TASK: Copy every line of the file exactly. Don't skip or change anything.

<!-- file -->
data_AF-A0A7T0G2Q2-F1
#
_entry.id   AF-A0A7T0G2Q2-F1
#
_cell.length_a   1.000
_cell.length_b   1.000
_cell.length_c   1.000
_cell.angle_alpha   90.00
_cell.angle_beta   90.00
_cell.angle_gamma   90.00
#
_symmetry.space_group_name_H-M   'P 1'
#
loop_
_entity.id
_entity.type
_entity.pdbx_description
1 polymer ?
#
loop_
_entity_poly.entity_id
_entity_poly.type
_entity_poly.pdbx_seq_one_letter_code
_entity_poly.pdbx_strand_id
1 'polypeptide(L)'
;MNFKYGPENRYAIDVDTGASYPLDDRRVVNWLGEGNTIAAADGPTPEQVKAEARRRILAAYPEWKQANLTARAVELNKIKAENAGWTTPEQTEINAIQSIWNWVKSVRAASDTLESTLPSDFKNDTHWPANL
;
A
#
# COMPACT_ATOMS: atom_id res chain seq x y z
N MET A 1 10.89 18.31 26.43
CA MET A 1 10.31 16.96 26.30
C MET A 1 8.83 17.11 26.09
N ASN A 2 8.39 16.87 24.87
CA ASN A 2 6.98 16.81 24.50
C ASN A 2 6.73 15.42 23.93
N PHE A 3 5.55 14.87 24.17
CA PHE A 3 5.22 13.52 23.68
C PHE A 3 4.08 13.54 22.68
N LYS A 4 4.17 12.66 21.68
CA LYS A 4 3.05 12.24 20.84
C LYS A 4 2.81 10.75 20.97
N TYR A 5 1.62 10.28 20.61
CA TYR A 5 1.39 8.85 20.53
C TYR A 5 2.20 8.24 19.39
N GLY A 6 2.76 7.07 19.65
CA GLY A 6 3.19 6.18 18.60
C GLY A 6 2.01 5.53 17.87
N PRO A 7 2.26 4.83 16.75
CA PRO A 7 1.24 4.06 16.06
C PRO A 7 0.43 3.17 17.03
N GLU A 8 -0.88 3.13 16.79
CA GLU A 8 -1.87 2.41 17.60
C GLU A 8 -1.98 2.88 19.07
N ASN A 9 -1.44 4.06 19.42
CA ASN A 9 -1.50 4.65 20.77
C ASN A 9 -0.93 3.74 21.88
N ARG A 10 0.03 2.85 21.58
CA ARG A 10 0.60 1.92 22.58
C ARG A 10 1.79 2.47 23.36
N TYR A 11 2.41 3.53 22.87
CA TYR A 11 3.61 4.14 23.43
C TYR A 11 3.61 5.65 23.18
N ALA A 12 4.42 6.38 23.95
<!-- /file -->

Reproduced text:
data_AF-A0A7T0G2Q2-F1
#
_entry.id   AF-A0A7T0G2Q2-F1
#
_cell.length_a   1.000
_cell.length_b   1.000
_cell.length_c   1.000
_cell.angle_alpha   90.00
_cell.angle_beta   90.00
_cell.angle_gamma   90.00
#
_symmetry.space_group_name_H-M   'P 1'
#
loop_
_entity.id
_entity.type
_entity.pdbx_description
1 polymer ?
#
loop_
_entity_poly.entity_id
_entity_poly.type
_entity_poly.pdbx_seq_one_letter_code
_entity_poly.pdbx_strand_id
1 'polypeptide(L)'
;MNFKYGPENRYAIDVDTGASYPLDDRRVVNWLGEGNTIAAADGPTPEQVKAEARRRILAAYPEWKQANLTARAVELNKIKAENAGWTTPEQTEINAIQSIWNWVKSVRAASDTLESTLPSDFKNDTHWPANL
;
A
#
# COMPACT_ATOMS: atom_id res chain seq x y z
N MET A 1 10.89 18.31 26.43
CA MET A 1 10.31 16.96 26.30
C MET A 1 8.83 17.11 26.09
N ASN A 2 8.39 16.87 24.87
CA ASN A 2 6.98 16.81 24.50
C ASN A 2 6.73 15.42 23.93
N PHE A 3 5.55 14.87 24.17
CA PHE A 3 5.22 13.52 23.68
C PHE A 3 4.08 13.54 22.68
N LYS A 4 4.17 12.66 21.68
CA LYS A 4 3.05 12.24 20.84
C LYS A 4 2.81 10.75 20.97
N TYR A 5 1.62 10.28 20.61
CA TYR A 5 1.39 8.85 20.53
C TYR A 5 2.20 8.24 19.39
N GLY A 6 2.76 7.07 19.65
CA GLY A 6 3.19 6.18 18.60
C GLY A 6 2.01 5.53 17.87
N PRO A 7 2.26 4.83 16.75
CA PRO A 7 1.24 4.06 16.06
C PRO A 7 0.43 3.17 17.03
N GLU A 8 -0.88 3.13 16.79
CA GLU A 8 -1.87 2.41 17.60
C GLU A 8 -1.98 2.88 19.07
N ASN A 9 -1.44 4.06 19.42
CA ASN A 9 -1.50 4.65 20.77
C ASN A 9 -0.93 3.74 21.88
N ARG A 10 0.03 2.85 21.58
CA ARG A 10 0.60 1.92 22.58
C ARG A 10 1.79 2.47 23.36
N TYR A 11 2.41 3.53 22.87
CA TYR A 11 3.61 4.14 23.43
C TYR A 11 3.61 5.65 23.18
N ALA A 12 4.42 6.38 23.95